26. The Unworthiness of ministers
Although in the visible Church there is always a mingling of evil good, and at times evil persons hold the chief positions in the ministry of the Word and sacraments, yet, because they do so not in their own but in Christ's name and perform their ministry by his commission and authority, we may avail ourselves of their ministry both in hearing the Word of God and in receiving the sacraments. The effect of Christ's ordinance is not taken away by their wickedness, nor is the grace of God's gifts diminished in the case of those who receive the sacraments rightly and by faith; for, although ministered by evil men, these are effectual on account of Christ's institution and promise.
Nevertheless, it belongs to the discipline of the Church that evil ministers should be investigated and that they should be accused by those who have knowledge of their offences, and, further, that, on being found guilty, they should by just judgment be deposed.
Baptism is a sign of the faith we profess and a mark that differentiates Christian persons from those who are unbaptized; and it is also a sign of regeneration or new birth by which, as by an instrument, those who receive baptism rightly are grafted into the Church, the promises of forgiveness of sin and of our adoption to be the sons of God are visibly signified and sealed, and faith is confirmed and grace increased by virtue of prayer to God. The baptism of young children is under all circumstances to be retained in the Church as a practice fully agreeable with the institution of Christ.
28. The Lord's supper
The supper of the Lord is not only a sign of the love that Christians ought to have among themselves for each other, but is especially a sacrament of our redemption by Christ's death. Accordingly, for those who rightly, worthily, and with faith receive it the bread that is broken is a partaking of the body of Christ and the cup of blessing is a partaking of the blood of Christ (1 Cor 10.16). Transubstantiation (the teaching that the substance the bread and wine is changed into the actual flesh and blood of Christ) in the supper of the Lord cannot be proved by Holy Scripture, but is repugnant to the plain words of Scripture, overthrows the nature of a sacrament, and has given rise to many superstitions. In the Lord's supper the body of Christ is given, taken and eaten only in a heavenly or spiritual manner, and faith is the means by which the body of Christ is received and eaten in the supper.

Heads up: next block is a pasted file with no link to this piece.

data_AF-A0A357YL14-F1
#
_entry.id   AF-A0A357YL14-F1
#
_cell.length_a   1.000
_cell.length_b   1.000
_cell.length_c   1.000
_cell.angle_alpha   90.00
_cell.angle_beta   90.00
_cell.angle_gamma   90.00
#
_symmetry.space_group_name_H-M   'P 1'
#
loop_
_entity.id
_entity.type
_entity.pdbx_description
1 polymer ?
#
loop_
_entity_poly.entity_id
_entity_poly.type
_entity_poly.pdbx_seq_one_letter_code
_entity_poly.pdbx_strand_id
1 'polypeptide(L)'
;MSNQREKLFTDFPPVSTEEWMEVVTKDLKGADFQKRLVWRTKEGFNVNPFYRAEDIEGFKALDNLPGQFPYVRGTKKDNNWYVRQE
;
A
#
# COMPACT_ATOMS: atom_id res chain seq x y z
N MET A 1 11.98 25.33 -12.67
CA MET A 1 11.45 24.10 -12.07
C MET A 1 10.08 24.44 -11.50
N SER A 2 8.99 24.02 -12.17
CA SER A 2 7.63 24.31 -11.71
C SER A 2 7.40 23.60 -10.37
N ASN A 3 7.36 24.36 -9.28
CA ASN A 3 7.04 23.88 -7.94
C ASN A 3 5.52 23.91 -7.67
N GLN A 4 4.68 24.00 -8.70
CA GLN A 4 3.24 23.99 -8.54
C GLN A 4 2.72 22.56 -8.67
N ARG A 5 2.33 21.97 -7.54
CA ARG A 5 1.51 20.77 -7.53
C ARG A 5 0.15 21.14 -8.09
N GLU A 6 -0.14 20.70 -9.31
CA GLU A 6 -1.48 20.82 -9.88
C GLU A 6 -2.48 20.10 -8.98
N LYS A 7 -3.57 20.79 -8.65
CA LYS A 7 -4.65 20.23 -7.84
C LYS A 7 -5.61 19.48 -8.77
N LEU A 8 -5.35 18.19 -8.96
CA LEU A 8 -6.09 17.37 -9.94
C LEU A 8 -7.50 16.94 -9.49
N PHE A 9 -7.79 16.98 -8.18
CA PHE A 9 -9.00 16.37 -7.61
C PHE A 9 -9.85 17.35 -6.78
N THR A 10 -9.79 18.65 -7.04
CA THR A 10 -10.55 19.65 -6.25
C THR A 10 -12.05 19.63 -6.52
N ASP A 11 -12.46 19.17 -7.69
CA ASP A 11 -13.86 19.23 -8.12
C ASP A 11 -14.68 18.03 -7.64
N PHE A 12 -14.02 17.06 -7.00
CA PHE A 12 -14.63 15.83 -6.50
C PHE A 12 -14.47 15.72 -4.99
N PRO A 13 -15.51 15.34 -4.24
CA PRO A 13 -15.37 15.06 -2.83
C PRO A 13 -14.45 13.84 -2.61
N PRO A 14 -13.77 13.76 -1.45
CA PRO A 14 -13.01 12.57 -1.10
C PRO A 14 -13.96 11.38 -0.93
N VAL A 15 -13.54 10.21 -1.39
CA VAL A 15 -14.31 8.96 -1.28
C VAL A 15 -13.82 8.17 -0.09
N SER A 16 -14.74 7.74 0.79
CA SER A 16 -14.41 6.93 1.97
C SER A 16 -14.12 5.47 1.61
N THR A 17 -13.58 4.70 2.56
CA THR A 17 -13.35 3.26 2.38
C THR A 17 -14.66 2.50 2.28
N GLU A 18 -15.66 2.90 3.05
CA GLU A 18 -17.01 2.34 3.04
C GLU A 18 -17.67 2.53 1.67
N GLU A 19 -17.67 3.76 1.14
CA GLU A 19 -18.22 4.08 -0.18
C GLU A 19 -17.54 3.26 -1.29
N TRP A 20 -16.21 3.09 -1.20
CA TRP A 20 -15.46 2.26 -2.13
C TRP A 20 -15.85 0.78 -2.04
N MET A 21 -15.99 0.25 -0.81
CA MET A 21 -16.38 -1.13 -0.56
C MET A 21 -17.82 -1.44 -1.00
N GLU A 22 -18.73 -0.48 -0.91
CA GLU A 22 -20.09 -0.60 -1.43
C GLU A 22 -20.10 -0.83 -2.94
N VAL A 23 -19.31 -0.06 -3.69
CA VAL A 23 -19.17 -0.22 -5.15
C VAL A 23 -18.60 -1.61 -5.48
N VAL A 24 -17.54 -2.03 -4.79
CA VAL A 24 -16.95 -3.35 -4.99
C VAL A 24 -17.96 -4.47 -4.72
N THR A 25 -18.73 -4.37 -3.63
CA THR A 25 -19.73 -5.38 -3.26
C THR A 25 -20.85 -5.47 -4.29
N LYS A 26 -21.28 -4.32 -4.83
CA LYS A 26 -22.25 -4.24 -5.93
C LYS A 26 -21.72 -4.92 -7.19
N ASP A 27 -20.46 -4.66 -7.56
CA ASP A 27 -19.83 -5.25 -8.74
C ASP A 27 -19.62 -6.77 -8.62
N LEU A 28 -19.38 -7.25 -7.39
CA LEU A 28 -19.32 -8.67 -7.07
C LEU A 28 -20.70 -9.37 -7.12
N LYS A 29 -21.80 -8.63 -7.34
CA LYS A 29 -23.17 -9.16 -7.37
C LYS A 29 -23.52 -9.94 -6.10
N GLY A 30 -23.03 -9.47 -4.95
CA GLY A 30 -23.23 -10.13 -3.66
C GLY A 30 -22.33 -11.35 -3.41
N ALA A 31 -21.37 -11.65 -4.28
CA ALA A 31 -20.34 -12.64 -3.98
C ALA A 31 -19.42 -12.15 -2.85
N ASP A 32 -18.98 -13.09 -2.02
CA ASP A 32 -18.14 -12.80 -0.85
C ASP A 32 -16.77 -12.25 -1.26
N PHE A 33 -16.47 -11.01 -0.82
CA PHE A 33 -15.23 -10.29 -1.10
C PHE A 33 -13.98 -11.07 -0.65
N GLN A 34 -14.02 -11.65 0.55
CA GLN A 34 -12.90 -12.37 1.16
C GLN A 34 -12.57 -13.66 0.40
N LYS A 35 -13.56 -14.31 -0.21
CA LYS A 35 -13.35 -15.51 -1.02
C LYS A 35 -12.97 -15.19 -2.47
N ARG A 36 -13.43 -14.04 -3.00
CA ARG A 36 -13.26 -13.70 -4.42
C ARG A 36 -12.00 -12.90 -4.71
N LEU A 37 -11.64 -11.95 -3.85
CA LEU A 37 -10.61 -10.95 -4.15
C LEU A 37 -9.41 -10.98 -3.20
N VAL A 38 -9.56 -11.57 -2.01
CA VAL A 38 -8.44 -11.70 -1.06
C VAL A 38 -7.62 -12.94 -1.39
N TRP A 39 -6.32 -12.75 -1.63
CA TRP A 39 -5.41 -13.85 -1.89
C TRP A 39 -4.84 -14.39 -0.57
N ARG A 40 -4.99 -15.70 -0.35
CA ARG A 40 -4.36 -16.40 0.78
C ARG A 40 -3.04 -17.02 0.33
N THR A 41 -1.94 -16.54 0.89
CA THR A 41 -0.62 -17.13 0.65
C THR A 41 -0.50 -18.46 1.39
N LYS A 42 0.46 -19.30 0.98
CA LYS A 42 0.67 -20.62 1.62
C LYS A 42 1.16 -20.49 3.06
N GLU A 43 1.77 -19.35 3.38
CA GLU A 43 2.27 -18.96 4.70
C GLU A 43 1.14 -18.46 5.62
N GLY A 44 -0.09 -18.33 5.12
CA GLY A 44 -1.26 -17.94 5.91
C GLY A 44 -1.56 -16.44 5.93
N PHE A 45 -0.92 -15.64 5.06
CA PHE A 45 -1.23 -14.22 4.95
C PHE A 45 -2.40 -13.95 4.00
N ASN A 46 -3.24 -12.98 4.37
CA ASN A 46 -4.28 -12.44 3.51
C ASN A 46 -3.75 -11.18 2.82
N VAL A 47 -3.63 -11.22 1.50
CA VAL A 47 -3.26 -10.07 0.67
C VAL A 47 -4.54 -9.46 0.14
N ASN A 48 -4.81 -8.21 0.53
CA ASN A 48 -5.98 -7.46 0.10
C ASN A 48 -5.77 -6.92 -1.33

The Sacrament of the Lord's supper was not commanded by Christ to be reserved, carried about, lifted up, or worshipped.
29. The participation of unbelievers
Though wicked persons, and all in whom a vital faith is absent, physically and visibly press the sacrament of the body and blood of Christ with their teeth (as Saint Augustine says), yet in no sense are they partakers of Christ; on the contrary, they eat and drink the sign or sacrament of so great a reality to their own condemnation.
30. Communion in both kinds
The cup of the Lord is not to be denied to the laity, for both parts of the Lord's sacrament, the wine as well as the bread, ought by Christ's ordinance and commandment to be ministered alike to all Christian persons.
31. The one offering of Christ finished in the cross
Christ's offering of himself on the cross, once for all, is the perfect redemption, propitiation, and satisfaction for all the sins of the whole world, both original and actual, and there is no other satisfaction for sin, but that alone. Therefore the sacrifices of masses, in which it is commonly said that the Priest offers Christ for the living and the dead, to obtain the remission of their punishment or guilt, are blasphemous fables and dangerous deceits.32. The marriage of minsters